Farewell, Fiat: Stellantis Will Tap France for Small Car Platforms
Hopefully you’re all familiar with Stellantis — the chosen name for the sprawling automaker birthed from the merger of Fiat Chrysler Automobiles and France’s PSA Group. With the merger expected to wrap up in the first quarter of 2021, Stellantis is all about capitalizing on the respective partners’ strengths in the name of efficiency.
And, because of this strategy, FCA has reportedly issued a stop-work order on any development of future small or subcompact cars. The future of FCA small cars is now French.
According to Automotive News, a late-July letter to FCA suppliers stated that all of its future small cars will drop Fiat underpinnings in favor of platforms found beneath Peugeots and the newly French-owned Opel and Vauxhall brands. This comes after March’s order to suspend the development of five vehicles (grouped under the Fiat, Alfa Romeo, Lancia, and Jeep brands) as a consequence of the ongoing pandemic.
Instead of updated Fiat architecture, the future FCA brand small cars will carry a platform utilized by the likes of the Peugeot 208. PSA’s Common Modular Platform (CMP) also sets up shop in the Opel Corsa and DS3 Crossback, among others. Fitting for Europe, CMP, which offers two track widths and three wheelbases, allows the automaker to field gasoline- and electric-driven examples of the same cars.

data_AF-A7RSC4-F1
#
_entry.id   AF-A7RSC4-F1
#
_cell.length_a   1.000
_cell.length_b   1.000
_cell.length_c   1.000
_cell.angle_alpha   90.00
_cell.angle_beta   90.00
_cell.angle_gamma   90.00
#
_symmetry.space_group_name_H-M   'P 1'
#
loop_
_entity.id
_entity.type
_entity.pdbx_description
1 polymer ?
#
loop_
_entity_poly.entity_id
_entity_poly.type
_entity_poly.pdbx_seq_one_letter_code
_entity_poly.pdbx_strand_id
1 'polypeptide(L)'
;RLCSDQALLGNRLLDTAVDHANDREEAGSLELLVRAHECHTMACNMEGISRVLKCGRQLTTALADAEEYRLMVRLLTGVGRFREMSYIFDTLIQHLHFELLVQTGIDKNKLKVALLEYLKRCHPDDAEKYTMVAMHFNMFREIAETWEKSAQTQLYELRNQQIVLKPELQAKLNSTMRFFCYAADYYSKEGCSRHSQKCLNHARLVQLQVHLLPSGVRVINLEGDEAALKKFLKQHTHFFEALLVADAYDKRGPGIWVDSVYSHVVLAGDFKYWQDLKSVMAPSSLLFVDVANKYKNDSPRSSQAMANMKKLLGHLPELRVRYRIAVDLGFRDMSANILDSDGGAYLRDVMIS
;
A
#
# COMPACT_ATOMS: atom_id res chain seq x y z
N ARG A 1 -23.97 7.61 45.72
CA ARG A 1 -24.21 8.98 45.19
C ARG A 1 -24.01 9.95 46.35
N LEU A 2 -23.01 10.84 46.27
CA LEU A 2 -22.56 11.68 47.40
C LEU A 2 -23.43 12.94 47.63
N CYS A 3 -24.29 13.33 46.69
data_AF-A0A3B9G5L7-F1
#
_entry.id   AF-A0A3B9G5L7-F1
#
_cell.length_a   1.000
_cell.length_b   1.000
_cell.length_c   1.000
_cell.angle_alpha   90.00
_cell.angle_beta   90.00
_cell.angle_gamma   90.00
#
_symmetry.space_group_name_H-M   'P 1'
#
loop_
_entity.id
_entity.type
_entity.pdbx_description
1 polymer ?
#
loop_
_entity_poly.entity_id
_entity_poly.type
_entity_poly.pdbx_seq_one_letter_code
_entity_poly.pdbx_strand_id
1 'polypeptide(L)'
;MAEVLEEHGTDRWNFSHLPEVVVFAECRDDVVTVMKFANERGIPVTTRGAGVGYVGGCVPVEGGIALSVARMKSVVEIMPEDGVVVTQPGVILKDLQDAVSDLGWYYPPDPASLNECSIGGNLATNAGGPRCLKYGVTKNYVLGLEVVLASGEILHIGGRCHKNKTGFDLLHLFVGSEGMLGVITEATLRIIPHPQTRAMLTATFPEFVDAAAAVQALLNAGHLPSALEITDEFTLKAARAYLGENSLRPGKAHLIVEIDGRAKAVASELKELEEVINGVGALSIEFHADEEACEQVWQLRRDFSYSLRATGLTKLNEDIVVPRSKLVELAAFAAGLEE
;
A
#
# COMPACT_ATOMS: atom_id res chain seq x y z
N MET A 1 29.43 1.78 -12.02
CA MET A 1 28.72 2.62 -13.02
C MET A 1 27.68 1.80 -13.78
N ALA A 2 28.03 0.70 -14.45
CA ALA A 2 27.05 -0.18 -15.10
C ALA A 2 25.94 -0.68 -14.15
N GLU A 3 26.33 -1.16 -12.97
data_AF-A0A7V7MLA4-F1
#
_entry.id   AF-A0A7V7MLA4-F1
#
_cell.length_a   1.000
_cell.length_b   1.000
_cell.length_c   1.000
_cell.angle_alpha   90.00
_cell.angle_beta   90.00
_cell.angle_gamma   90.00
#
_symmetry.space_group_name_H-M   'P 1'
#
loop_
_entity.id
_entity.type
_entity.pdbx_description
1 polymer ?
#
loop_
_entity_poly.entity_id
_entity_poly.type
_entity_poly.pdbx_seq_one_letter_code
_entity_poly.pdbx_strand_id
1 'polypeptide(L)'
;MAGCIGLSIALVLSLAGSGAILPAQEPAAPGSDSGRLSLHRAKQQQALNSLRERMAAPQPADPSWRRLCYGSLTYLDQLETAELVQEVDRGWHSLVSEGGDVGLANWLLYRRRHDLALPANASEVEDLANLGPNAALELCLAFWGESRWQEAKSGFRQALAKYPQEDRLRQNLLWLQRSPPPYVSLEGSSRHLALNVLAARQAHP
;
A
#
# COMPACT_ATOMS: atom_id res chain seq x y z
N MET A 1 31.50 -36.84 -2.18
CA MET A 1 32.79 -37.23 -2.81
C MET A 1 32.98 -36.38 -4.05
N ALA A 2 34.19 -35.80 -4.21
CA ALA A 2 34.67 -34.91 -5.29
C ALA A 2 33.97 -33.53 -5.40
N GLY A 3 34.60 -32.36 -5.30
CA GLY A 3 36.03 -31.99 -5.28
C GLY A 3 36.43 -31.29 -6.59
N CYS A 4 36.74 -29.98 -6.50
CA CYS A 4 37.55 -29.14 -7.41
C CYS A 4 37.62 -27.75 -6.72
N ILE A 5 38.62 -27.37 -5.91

From Automotive News:
In its note to suppliers, FCA said it will build CMP-based small cars in its plant in Tychy, Poland. The factory currently makes the Fiat 500 and Lancia Ypsilon. Italian press reports suggest FCA will build up to 400,000 units a year of CMP-based models in Tychy.
Clearly, this news doesn’t impact the American automotive landscape all that much. On this side of the Atlantic, small FCA cars barely exist, found only in the nearly dead Fiat brand. The Jeep Renegade continues on its Fiat underpinnings, though any future generation would likely swap to PSA architecture.
[Image: PSA Group]